Bill Clinton has finally been persuaded that investment in health systems is more important than funding “vertical” initiatives for particular diseases:
“That’s increasingly in the last few years what our foundation has been focused on – what is the most cost-effective way to mobilise a national health system,” Mr Clinton said.
“You can get the universal treatment – the money’s there now, if we spend it most effectively.”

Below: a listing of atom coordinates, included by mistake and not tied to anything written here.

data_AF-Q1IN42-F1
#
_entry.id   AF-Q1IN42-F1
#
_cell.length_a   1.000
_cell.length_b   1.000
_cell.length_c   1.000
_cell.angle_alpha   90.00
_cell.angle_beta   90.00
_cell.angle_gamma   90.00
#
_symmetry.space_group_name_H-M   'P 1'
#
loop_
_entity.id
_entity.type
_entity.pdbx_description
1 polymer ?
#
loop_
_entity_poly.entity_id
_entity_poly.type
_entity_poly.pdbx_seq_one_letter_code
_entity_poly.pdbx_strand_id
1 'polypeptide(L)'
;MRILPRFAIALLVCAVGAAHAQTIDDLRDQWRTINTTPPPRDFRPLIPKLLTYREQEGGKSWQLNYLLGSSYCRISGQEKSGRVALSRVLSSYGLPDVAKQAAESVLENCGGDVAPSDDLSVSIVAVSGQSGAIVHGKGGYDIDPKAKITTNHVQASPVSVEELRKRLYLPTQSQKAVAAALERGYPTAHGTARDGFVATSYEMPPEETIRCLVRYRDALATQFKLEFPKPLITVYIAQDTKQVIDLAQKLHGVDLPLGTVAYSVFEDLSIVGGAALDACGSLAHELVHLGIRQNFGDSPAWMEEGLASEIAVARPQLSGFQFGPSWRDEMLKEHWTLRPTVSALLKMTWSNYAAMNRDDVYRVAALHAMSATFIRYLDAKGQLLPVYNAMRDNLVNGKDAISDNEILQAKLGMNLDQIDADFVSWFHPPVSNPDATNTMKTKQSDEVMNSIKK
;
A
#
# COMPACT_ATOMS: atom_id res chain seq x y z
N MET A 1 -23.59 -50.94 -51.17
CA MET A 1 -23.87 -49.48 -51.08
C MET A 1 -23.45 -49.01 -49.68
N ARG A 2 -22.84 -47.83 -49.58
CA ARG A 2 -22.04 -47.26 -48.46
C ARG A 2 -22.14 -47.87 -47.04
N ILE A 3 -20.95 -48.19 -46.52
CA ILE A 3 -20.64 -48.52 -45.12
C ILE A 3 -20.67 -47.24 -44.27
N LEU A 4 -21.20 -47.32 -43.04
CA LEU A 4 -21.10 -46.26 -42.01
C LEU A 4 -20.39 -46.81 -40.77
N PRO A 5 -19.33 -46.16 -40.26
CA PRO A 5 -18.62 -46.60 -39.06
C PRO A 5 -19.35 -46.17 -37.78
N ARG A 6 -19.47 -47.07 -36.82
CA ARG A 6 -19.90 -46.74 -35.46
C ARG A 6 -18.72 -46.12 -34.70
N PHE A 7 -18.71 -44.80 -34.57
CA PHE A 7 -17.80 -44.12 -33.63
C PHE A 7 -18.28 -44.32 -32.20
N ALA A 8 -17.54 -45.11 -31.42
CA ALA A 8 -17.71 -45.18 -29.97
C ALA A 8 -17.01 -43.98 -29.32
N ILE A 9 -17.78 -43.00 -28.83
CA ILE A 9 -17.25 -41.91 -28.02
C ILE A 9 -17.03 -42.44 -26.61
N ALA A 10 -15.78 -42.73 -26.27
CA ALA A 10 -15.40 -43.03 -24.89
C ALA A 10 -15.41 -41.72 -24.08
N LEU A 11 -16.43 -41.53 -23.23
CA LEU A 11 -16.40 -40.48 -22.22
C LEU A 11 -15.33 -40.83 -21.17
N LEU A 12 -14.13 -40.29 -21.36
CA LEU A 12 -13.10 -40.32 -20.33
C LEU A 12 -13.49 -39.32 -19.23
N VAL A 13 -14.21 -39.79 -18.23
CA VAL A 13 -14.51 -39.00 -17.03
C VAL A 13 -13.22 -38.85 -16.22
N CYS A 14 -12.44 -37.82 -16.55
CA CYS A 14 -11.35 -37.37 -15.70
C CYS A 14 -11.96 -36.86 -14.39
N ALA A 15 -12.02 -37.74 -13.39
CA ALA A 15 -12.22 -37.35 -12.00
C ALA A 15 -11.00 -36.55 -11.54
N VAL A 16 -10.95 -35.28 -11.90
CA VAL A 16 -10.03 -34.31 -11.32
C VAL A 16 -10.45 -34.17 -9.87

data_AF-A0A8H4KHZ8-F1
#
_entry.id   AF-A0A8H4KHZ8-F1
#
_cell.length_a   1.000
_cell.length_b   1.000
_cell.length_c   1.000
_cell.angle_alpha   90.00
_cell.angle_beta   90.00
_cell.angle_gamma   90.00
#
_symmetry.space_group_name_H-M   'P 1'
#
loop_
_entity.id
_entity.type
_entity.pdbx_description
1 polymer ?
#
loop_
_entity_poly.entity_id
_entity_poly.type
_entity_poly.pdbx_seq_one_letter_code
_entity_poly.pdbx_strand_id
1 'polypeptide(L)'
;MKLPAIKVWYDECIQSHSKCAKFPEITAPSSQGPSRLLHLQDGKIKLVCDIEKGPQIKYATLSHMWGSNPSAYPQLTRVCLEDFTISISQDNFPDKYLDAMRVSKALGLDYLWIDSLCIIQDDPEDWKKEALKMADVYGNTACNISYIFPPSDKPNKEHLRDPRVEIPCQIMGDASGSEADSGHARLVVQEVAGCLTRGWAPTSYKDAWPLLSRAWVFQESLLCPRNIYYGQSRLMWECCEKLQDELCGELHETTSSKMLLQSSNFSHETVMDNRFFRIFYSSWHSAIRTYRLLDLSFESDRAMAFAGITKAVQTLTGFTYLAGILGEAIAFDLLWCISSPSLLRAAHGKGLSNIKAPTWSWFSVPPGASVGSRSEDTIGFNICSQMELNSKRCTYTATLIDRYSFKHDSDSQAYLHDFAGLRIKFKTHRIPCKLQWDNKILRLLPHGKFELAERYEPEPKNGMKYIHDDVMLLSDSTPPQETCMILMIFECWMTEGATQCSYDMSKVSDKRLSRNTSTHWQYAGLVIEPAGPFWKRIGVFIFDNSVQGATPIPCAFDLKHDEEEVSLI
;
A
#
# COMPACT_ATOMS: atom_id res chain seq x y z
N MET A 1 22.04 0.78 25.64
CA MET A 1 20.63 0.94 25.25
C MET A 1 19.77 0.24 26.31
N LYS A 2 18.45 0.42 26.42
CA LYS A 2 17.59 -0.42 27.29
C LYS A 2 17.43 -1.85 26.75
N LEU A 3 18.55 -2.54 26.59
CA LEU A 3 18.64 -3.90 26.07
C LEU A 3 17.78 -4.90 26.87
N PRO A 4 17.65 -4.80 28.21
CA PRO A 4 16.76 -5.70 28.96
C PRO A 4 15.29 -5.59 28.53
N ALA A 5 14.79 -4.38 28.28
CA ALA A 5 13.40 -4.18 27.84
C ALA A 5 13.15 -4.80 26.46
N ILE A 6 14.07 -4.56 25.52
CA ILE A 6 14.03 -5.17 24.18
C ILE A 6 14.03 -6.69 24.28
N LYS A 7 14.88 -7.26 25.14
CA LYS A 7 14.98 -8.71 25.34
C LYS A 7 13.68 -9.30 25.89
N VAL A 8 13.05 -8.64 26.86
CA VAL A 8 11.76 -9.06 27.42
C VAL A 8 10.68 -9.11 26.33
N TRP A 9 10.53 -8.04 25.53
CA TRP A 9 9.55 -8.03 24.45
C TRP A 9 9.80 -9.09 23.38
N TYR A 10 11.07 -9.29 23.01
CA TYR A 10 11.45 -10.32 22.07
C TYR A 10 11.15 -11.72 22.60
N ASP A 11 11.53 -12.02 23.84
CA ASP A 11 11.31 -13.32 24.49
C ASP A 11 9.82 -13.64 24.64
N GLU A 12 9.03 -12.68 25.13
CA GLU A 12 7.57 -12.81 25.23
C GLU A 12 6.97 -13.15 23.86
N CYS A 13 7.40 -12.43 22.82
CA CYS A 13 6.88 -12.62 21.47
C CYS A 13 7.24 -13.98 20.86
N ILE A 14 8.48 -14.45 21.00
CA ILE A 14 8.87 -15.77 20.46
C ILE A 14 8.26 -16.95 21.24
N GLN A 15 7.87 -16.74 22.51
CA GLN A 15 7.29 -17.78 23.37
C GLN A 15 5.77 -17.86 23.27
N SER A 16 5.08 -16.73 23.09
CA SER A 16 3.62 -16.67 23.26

“But we don’t have the health care systems to reach out to people, get them tested and diagnosed in a timely fashion, get them on treatment and do the regular follow-ups.”
Well good. This is what the aid experts have been saying for years. It is why many of us opposed the establishment of funds like the Global Fund for AIDS, TB and Malaria and PEPFAR in the first place. But politicians like to announce things that they think their public will understand, and big disease-specific initiatives are the kind of thing that seems to fit the bill.